Arbitrage in the Grass

jc-mg-200-names.jpgJon Christensen writes: Last year I was at a workshop in which a city official suggested that what we need to do to change water consumption patterns in Los Angeles is "villainize the lawn" like we've villainized plastic bags.

Turf Terminators did just that. But now, it seems the tables have turned, topsy turvy, and the villainizer is the villain.

Concerns have circulated in hushed voices for months as more and more people have seen yards after Turf Terminators is done with them. Recently more vocal dismay has spread on social media as Turf Terminators has eliminated lawns in more and more neighborhoods. Last month, landscape architect Mia Lehrer and colleagues wrote an op-ed for the LA Times pleading "Don't gravelscape L.A." And last week, the LA Weekly ran a story headlined "Turf Terminators has gotten rich turning yards into gravel, but is it creating blight?"

At first this seemed like such a nice, entrepreneurial "doing well, by doing good" story.

Turf Terminators will remove your lawn and install drought tolerant landscaping for free. How can they make money doing that? They take the rebates the Los Angeles Department of Water and Power and other agencies offer homeowners for removing turf. And the Terminators take care of the paperwork too. Your water bills go down, LA conserves water during the drought, and a new business thrives, creating jobs. Win, win, win, win, no?

Stanley L turf terminators 600.jpg

At bottom, what we have here is a curious kind of arbitrage: buying a lawn to destroy it at low cost and selling the missing lawn at a higher cost at the same time. Turf Terminators effectively buys your lawn at the low cost of ripping it out and putting in a few plants and gravel or mulch. The company then sells your former lawn to the DWP, for example, for the higher value of DWP's rebate--$3.75 a square foot--and pockets the difference. And you get left with a pretty minimal yard because the marginal profit for Turf Terminators on each yard is not huge.

You can't blame Turf Terminators for finding a good business opportunity and going after it aggressively. And they're not the only ones doing this. They're just the biggest, having converted more lawns than anyone else so far.

This all only works at scale, of course, even when you bring the environmental concerns into play. Turf Terminators and any competitors offering to tear out your lawn for free will only succeed by going big--tearing out lots of lawns cheaply. And significant long-term water savings will only come from widespread adoption of less thirsty landscaping.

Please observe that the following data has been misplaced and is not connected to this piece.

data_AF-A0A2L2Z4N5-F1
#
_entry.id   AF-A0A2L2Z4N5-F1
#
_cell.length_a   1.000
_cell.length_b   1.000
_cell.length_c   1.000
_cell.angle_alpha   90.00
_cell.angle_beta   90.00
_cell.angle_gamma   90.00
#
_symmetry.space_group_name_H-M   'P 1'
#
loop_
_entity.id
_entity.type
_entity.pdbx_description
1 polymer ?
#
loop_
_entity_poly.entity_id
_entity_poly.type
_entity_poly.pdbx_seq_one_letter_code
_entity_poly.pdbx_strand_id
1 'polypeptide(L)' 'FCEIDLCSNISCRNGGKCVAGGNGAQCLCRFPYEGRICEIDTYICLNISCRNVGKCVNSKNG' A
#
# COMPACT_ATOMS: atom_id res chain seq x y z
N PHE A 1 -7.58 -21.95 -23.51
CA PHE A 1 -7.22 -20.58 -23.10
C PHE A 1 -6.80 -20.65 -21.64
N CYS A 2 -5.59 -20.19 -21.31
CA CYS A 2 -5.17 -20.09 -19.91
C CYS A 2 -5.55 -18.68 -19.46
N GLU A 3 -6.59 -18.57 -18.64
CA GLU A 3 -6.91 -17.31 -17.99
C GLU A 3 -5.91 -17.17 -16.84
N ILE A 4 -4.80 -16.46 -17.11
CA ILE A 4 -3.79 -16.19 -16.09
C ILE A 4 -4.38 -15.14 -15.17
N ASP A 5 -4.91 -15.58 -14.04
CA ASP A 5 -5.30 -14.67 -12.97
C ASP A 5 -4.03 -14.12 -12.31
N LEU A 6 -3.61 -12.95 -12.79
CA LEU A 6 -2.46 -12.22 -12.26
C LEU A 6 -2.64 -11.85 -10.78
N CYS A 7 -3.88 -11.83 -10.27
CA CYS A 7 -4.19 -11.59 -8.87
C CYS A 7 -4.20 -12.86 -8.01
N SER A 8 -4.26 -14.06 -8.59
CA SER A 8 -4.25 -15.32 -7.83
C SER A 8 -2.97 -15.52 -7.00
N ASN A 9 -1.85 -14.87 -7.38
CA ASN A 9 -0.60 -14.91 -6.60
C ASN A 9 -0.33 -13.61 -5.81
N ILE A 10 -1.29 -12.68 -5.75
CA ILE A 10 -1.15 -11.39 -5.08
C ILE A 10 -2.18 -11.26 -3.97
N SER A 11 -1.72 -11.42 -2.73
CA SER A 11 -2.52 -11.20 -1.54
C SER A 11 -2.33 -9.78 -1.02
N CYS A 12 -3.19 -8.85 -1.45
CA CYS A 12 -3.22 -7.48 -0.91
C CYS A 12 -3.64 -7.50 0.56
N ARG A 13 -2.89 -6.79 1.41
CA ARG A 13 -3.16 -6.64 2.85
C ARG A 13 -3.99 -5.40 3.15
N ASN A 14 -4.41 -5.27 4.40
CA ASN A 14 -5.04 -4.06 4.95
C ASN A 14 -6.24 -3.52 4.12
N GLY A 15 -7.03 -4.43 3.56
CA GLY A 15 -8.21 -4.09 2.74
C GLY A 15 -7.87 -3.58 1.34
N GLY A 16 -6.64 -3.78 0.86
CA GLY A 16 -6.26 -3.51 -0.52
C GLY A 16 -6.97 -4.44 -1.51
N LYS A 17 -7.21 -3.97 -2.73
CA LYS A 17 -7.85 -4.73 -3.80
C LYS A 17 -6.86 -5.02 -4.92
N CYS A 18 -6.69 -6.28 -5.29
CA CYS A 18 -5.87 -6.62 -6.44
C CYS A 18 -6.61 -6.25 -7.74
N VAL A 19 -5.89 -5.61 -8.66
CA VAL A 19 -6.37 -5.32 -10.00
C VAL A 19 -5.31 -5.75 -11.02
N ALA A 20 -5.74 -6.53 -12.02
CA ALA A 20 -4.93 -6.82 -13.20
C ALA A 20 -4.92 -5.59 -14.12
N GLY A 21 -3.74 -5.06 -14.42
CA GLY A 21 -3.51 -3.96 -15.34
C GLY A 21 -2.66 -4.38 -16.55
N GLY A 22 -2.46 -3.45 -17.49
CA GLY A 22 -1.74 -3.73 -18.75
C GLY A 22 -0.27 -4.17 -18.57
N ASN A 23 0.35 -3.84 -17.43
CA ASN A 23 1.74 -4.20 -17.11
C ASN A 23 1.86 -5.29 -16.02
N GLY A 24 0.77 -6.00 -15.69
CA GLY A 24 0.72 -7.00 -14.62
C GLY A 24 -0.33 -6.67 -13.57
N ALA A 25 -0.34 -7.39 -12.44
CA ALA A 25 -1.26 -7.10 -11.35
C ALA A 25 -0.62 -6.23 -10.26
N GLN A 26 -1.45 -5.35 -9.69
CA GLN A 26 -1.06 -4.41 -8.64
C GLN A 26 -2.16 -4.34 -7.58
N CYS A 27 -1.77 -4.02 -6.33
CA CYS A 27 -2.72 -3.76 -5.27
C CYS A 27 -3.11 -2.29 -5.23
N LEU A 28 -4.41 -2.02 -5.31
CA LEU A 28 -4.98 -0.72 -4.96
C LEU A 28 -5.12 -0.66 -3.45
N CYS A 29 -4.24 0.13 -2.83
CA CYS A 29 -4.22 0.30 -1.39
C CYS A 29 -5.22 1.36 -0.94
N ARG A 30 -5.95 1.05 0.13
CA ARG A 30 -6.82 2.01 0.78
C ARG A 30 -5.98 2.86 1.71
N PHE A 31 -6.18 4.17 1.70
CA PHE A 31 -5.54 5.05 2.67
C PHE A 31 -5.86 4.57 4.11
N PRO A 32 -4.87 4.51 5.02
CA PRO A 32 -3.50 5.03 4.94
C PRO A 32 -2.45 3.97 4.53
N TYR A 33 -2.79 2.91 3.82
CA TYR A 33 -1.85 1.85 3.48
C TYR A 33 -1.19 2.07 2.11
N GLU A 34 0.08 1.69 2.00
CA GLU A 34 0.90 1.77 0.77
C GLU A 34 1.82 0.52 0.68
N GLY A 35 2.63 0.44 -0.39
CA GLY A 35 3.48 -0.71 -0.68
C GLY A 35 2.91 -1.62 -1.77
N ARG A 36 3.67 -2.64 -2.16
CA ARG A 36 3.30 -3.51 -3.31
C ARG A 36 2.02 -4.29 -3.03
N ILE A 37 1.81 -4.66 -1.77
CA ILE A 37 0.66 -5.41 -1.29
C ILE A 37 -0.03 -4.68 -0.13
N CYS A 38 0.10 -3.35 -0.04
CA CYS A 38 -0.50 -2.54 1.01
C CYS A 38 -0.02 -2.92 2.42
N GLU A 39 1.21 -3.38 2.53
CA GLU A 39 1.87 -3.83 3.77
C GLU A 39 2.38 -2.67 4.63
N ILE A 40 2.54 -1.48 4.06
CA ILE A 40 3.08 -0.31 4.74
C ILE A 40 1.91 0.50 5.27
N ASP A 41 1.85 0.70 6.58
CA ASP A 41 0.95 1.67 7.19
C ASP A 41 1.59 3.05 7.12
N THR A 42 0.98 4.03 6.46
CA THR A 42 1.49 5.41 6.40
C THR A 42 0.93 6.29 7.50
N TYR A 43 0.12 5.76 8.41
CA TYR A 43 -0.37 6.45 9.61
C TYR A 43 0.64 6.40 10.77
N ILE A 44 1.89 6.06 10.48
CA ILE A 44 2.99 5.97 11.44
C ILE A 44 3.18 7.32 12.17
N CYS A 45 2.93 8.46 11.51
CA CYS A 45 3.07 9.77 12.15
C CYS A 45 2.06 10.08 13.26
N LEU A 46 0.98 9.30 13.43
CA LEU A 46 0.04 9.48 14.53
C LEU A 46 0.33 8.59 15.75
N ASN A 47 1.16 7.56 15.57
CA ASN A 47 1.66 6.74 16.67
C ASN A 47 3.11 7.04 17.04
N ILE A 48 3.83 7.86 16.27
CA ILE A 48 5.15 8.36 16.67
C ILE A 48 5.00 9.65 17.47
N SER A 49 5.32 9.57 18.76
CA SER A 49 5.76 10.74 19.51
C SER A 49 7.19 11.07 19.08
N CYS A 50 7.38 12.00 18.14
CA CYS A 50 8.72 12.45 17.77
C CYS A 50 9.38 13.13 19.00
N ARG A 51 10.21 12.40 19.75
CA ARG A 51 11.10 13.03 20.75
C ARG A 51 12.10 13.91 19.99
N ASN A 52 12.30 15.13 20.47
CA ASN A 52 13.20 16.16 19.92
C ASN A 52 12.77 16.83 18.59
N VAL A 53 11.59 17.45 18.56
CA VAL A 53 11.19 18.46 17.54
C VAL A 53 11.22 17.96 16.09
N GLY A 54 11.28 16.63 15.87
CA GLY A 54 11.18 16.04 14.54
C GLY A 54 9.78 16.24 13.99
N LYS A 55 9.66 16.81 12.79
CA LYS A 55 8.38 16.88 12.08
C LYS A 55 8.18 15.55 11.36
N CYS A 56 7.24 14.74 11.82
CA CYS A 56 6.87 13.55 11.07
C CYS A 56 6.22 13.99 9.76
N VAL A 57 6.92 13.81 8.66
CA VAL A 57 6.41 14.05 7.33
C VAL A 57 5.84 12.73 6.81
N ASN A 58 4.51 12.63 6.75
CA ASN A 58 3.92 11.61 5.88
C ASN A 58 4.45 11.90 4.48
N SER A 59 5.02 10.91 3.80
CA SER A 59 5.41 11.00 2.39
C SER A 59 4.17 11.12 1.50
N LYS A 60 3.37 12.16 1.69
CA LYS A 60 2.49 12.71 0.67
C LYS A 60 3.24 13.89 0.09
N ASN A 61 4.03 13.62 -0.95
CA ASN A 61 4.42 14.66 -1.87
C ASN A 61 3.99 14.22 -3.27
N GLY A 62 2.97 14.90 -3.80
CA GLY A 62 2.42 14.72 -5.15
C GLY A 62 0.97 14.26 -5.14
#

But while lawns may be a good enemy, beauty should not be. It can be quite lovely if you switch your yard from turf to xeriscaping. Even better if one or two of your neighbors follow your lead. And better yet if that creates a tipping point, as Emily Green, who writes widely on these issues at thinks it will, and then the rest of your block goes along. Pretty soon you could have a beautiful, varied landscape of plants in your neighborhood that is not only good for conserving water, but great habitat for other creatures, and pretty to boot.

Or not. Instead of a uniform block of lush green lawns, you may find yourself in a uniform, hot block of bleak gravel dotted with a few beleaguered plants.

What's most worrisome about all of this is that Turf Terminators' business model is based on exploiting people's best intentions to do good, while profiting from public incentives to encourage desirable changes. It's a mutually reinforcing circle. It could be virtuous. Or, it turns out, not so much.

Beware the law of unintended consequences. As time goes by and more and more public money goes into these well-intentioned rebates and then into Turf Terminators and its competitors, this combination of good intentions and incentives could turn Los Angeles into a city that is ever more unpleasant to live in. At what price are we arbitraging our future?

There have to be better ways. And there are. Some advocate for more stringent requirements for rebates, such as banning gravel and artificial turf, designating which plants qualify for rebates, protecting trees for shade, and creating landscaping that will absorb water better. Emily Green notes that if we were pulling up vegetation and taking water off of such a wide swath of wild landscape it would require an Environmental Impact Statement.

But how far can and should regulations go in defining people's personal options on their own properties?

The other way is for people to remember there is no free lunch--and no free lawn removal. You get what you pay for. So take the rebates. And rip out those lawns. But, remember, beauty may cost a little more, and take a little more thought, planning, and even sweat equity.

The good news is that your property and your city will be better for it in the long run.

Thinking about ripping up your lawn? Good idea. But first read Emily Green's "After the Lawn" series at KCETLink.

Photo courtesy of Yelp reviewer Stanley L., who gave Turf Terminators four out of five stars.

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